Coming soon: Outstanding mobile video search from Veveo

Vtap does better video search than any other site I've used.

I got a demo today of a new mobile video search product called Vtap, from Veveo. It's hardly the only video search engine out there (see Blinkx, Truveo [review], and Google), but it has special powers on mobile devices. In fact, it's mobile-only. Despite a Web-based version that the company created for the iPhone, you can't access the service on a non-mobile browser.

Vtap search on a smartphone: Better results than other video search engines. CNET Networks

CEO Murali Aravamudan told me that his service does not dive into the actual audio or video content of files to create its search index. Rather, it uses the metadata (tags, and text on the page where the file is hosted) to create its video index. This method seems to work just fine. Vtap returns outstanding results. In my tests, it found more good hits than any other engine I used, regarless of platform. It also returns results as you type, and does a very good job ranking results even with incomplete queries.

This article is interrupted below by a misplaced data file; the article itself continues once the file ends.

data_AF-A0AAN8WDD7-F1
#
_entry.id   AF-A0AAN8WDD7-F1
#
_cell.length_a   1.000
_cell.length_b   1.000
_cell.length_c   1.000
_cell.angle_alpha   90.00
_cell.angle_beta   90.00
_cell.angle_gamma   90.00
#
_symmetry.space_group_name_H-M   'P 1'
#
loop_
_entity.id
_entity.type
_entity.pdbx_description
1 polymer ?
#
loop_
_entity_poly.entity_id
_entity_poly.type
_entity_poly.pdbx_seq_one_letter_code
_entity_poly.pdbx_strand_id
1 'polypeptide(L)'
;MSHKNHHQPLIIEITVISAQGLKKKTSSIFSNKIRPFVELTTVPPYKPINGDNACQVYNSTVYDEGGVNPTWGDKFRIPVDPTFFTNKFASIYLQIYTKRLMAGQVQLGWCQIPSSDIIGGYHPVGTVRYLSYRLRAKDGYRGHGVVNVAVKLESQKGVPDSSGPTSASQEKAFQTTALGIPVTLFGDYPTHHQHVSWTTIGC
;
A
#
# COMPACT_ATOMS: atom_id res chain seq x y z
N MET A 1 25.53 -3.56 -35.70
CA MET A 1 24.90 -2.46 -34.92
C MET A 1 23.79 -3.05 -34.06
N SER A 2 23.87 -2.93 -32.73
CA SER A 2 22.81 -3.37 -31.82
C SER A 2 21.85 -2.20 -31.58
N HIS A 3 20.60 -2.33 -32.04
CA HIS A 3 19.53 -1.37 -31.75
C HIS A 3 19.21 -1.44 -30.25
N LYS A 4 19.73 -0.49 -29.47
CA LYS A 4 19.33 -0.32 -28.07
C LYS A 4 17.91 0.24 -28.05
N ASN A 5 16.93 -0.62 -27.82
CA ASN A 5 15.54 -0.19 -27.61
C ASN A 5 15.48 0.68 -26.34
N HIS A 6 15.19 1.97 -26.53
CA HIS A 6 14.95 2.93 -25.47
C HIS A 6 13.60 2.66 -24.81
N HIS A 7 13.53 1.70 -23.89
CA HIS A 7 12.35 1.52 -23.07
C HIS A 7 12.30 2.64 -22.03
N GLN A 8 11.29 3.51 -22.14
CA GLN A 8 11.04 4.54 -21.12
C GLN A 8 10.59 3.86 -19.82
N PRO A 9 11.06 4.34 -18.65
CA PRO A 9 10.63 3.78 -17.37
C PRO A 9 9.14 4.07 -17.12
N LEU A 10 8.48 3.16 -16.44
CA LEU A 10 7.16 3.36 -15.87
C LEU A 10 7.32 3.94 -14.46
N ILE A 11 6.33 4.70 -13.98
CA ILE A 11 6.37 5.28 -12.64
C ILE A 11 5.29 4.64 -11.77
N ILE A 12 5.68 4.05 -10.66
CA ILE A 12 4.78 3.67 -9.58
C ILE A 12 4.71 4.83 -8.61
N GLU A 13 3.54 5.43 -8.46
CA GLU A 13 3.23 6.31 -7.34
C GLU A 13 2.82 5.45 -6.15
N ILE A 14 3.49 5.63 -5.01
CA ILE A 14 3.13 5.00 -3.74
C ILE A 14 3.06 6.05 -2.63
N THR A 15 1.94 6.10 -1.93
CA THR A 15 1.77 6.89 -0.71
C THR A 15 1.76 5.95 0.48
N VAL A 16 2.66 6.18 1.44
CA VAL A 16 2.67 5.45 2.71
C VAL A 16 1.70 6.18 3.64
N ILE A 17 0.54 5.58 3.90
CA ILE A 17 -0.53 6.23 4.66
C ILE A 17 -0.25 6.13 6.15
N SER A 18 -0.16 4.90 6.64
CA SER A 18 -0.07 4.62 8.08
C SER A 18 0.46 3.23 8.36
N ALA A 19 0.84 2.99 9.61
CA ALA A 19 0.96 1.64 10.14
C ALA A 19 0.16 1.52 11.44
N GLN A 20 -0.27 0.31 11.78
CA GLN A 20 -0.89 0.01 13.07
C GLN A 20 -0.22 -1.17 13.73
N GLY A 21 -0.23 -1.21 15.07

I spent time with the Vtap app (a download) on my Blackjack . The live search makes it very fast to use, and the player does a good job playing most video formats you'll find on the Web. The app also has a tab to search Wikipedia, a nice bonus.

The player streams most online video types. CNET Networks

On the iPhone, the Web-based Vtap user experience is less compelling, although the search results are the same. I found the interface clunkier and response time slower, even on when connected over WiFi (forget about it on the iPhone's EDGE network). Also, the iPhone doesn't have native support for all the formats Windows phones do, so some files have to be transcoded on Vtap's servers before they will play, which puts a click-and-wait delay into the system.

The Vtap service will be released on September 10th. If you have a Windows smartphone or an Apple iPhone, I highly recommend going to the site now to sign up for a reminder. This service rocks.

I pressed Aravamudan on his plans for a Web site accessible to desktop and laptop users, and he was adamant about not wanting to get into that business. But he did let on that his company will follow up with a Web-based video search site a few weeks after the mobile version is released. Veveo also sells its technology to device manufacturers and to cable TV operators.

 

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